Jim Corbett National Park and Tiger Reserve
Day 1 - 22nd December
Started from Haldwani in our Wagon R. Stopped at Ram Nagar. Hired an open Maruti Gypsy and reached the National Park at 1PM. Despite the sun’s rays falling on us en route to Corbett, the wind between the trees was chilly and every woolen layer of warmth made us feel more comfortable. We started off immediately after lunch, to try and spot animals we hadn’t already seen on our way to Dhikala. We spent two hours outside seeing spotted deer, sambhar deer every now and then, and a turtle stationary on a rock inside a shallow portion of the ram ganga river. We didn’t see much else, apart from few common birds of the area.
On returning, we drank some expresso caffeine after which we headed to the amphitheatre where we saw a really old one-hour movie by the Bedi Productions on “Saving the Tiger”. An excellent dinner followed the great documentary on the life of a tigress and it’s cubs. Rs.170 per head, eat all you like.
Day 2 - 23rd December
Started the day with hot coffee served at the doorstep of our hutment. Soon after that, our driver came running to call us after having heard that a few tigers had just been spotted. We were really skeptical as achieving something like that is difficult at this time of the year, specially when there are only 164 tigers in a 500 square kilometre area. We hurried to our Maruti Gypsy and went to the Motasal to see half a dozen other vehicles already present. Three of them were quite far off and as we moved close to them, they asked us to stop halfway. After about fifteen minutes we started moving towards them as they moved ahead. After joining the others present there, we saw movement in an area covered by tall grass. We could then hear, for another half hour, what seemed like a tiger clawing it’s kill while biting the flesh off it’s bones. We could suddenly see motion that was made clear by black stripes on orange skin that merged well with the pale yellow grass that was hiding it partially. The enormous tigress moved quickly on the grass, and crossed the road ahead of us to find a place for rest below the tree-cover on our left. The people occupying the vehicles behind us were thrilled as they had just seen three cubs crossing the path we had just traversed. The tigress had intelligently diverted our attention to make way for it’s cubs. What we had just experienced was a terrific scene, that most cameras couldn’t capture.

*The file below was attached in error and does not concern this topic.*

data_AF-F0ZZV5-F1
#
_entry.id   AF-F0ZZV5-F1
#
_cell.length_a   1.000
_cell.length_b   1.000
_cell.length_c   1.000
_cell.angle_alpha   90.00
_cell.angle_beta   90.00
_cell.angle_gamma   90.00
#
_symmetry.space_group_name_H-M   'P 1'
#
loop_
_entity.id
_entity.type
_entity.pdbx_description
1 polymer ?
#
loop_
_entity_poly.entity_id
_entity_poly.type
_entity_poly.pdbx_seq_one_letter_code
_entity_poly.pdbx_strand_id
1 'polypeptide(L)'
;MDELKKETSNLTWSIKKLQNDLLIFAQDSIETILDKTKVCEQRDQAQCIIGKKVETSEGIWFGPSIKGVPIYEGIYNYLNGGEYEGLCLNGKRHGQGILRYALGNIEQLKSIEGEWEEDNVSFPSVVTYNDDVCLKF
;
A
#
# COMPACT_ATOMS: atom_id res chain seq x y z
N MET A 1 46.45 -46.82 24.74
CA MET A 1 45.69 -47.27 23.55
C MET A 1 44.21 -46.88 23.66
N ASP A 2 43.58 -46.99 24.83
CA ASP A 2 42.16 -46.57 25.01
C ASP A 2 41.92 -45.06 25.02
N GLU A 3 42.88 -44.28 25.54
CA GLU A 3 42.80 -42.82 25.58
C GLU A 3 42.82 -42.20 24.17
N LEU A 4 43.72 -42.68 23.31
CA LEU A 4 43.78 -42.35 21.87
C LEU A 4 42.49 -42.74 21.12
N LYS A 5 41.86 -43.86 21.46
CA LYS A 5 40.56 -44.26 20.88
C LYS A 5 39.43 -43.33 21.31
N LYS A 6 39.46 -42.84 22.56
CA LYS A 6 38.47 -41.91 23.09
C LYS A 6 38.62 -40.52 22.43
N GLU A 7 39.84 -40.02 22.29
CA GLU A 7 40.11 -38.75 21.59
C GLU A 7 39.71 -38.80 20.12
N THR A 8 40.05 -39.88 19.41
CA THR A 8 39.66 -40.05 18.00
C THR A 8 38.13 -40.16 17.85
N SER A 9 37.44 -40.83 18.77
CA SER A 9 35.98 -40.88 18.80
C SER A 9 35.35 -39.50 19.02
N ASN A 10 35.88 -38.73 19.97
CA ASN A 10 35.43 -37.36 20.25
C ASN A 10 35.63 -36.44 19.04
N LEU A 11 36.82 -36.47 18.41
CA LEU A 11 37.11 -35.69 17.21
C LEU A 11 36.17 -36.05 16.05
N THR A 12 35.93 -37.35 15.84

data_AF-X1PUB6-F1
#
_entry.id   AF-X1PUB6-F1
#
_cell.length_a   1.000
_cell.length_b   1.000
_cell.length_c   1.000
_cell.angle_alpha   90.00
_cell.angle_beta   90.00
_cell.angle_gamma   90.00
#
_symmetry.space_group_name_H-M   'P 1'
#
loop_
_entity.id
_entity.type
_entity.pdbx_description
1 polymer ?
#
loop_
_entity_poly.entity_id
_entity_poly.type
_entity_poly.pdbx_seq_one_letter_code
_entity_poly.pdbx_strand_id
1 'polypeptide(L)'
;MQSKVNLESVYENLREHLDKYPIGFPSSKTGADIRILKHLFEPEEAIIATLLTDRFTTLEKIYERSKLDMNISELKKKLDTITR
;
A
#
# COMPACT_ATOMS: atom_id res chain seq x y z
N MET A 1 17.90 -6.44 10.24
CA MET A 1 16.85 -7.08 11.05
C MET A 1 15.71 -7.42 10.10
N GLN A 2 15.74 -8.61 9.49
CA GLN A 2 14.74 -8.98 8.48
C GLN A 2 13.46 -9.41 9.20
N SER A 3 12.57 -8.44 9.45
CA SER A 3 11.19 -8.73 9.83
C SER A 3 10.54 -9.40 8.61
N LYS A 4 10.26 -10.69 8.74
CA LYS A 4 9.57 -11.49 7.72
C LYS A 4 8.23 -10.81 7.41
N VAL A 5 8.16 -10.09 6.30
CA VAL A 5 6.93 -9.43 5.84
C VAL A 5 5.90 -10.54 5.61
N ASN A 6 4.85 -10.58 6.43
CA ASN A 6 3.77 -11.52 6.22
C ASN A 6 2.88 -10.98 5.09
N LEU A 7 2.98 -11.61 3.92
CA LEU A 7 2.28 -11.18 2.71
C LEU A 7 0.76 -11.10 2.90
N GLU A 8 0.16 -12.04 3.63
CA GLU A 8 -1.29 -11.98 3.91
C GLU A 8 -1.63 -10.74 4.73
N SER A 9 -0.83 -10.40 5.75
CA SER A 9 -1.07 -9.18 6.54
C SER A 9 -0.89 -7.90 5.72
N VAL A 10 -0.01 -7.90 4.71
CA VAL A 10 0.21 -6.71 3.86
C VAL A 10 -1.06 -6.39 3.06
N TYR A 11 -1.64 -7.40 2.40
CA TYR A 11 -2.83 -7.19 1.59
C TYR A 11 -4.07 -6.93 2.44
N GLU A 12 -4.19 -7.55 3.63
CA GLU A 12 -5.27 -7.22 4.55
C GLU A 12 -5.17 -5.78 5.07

Later in the day, we sat on a trained elephant that took us to parts of the dense forest our jeeps could never enter. My glasses flew off my face as the branch of a tree hit me hard during the ride. The elephant and it’s guide didn’t take much time to return it to me; in perfect condition. We could hear but couldn’t see any tigers on that short trip inside the forest. Among the animals and birds we did see were Sambhar deer, spotted deer, wild boar, the kingfisher, monkeys, langurs, jackals and of course - the other trained elephants carrying us indisciplined humans.
In the evening, after the coffee, we saw a short movie “Project Tiger” with Om Puri’s commentary. After sitting through the whole movie the previous day, we felt this one was a little too short. Spent the next few hours playing Scrabble in our hutment before going to bed.
Great trip. Wish I had set the D70’s focus area mode back to dynamic area from closest subject. Photographs could have been spectacular.